ARTS & ENTERTAINMENT

At Drivers East, Performers and Thrill-Seekers Give Stunt Driving a Spin

By Maddie Orton
Arts Correspondent

Drivers East High Performance Driving School was created out of necessity. While there were stunt driving classes on the West Coast and in Florida, no one was serving the TV and film hub that is the Northeast. Enter Mike Burke and Roy Farfel.

“If you don’t know what you’re doing and you show up on set and you’re guessing at what you’re doing, you’re liable to hurt yourself, a cameraman, crew, an actor,” says Drivers East Co-Founder Roy Farfel. “Sometimes you have to slide right up to an actor.”

Farfel and Burke know how the stunt world operates firsthand. They’ve worked on hundreds of film, TV and commercial projects, making cars slide and flip on cue. In fact, all Drivers East instructors are working professionals with substantial resumes.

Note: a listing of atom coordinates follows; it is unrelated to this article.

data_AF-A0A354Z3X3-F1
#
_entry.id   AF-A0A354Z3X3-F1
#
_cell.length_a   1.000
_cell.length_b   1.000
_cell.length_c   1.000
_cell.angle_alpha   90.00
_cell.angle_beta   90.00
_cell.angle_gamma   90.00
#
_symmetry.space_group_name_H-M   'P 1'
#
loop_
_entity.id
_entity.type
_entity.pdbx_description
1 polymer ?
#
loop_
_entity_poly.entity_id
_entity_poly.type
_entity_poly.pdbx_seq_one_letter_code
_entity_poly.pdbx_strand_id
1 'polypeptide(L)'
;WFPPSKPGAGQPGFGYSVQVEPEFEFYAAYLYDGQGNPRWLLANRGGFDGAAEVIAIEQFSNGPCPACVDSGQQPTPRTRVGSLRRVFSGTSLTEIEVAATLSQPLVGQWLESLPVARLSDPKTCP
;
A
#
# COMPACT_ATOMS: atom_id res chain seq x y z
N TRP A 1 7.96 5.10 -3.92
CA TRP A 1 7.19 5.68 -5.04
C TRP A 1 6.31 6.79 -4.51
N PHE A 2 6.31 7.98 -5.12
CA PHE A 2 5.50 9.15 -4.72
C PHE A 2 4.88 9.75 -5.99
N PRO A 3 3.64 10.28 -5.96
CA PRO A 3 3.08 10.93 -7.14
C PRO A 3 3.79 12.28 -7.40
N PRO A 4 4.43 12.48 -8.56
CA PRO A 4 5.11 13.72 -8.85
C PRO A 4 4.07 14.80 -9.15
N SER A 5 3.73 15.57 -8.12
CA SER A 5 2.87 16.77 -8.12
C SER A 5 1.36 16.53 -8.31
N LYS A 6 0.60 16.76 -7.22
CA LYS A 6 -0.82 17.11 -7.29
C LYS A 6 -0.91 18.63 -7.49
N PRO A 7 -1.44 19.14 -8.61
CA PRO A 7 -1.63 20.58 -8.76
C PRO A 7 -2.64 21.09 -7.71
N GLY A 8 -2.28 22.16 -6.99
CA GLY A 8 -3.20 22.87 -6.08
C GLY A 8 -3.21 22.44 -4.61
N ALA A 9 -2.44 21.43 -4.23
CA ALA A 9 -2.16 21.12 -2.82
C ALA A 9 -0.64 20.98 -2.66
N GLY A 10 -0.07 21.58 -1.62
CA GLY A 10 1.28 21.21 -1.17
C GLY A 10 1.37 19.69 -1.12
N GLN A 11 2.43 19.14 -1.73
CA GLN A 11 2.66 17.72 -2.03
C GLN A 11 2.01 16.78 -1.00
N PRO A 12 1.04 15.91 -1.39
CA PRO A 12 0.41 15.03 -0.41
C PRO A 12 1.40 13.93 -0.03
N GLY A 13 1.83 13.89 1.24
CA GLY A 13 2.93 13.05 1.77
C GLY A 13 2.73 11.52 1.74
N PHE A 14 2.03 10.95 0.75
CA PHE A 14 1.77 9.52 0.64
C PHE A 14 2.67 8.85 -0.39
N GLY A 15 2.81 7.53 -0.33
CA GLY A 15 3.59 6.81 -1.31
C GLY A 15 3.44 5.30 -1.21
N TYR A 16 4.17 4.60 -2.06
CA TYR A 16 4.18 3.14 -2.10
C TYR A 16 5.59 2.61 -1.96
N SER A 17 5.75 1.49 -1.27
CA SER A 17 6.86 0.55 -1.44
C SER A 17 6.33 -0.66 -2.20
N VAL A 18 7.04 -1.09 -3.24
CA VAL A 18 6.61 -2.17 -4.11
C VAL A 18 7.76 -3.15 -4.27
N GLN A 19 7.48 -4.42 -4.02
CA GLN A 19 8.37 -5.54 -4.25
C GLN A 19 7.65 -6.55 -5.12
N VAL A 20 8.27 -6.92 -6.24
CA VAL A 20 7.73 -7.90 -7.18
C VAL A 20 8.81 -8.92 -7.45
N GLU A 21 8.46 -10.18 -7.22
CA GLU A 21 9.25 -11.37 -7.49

“Consistency is real important because you have focal lengths too, and we need to come in within inches, sometimes, of a mark,” Farfel explains. “So you have to be trained to hit that mark consistently over and over and over.”

Instructors prepare students to work with all kinds of cars, in all kinds of weather. They review on-set safety procedures and etiquette.

Show biz professionals aren’t the only ones who get behind the wheel. The company also trains thrill-seekers like me. Burke gave me a lesson and let me tag along for a spin around the course:

Burke and Farfel remind students that safety is key. One lesson in anything won’t make you a master — and stunt driving is no exception.

Of course, a career in stunt performance isn’t for everyone. I think I’ll stick to watching my chase scenes on screen.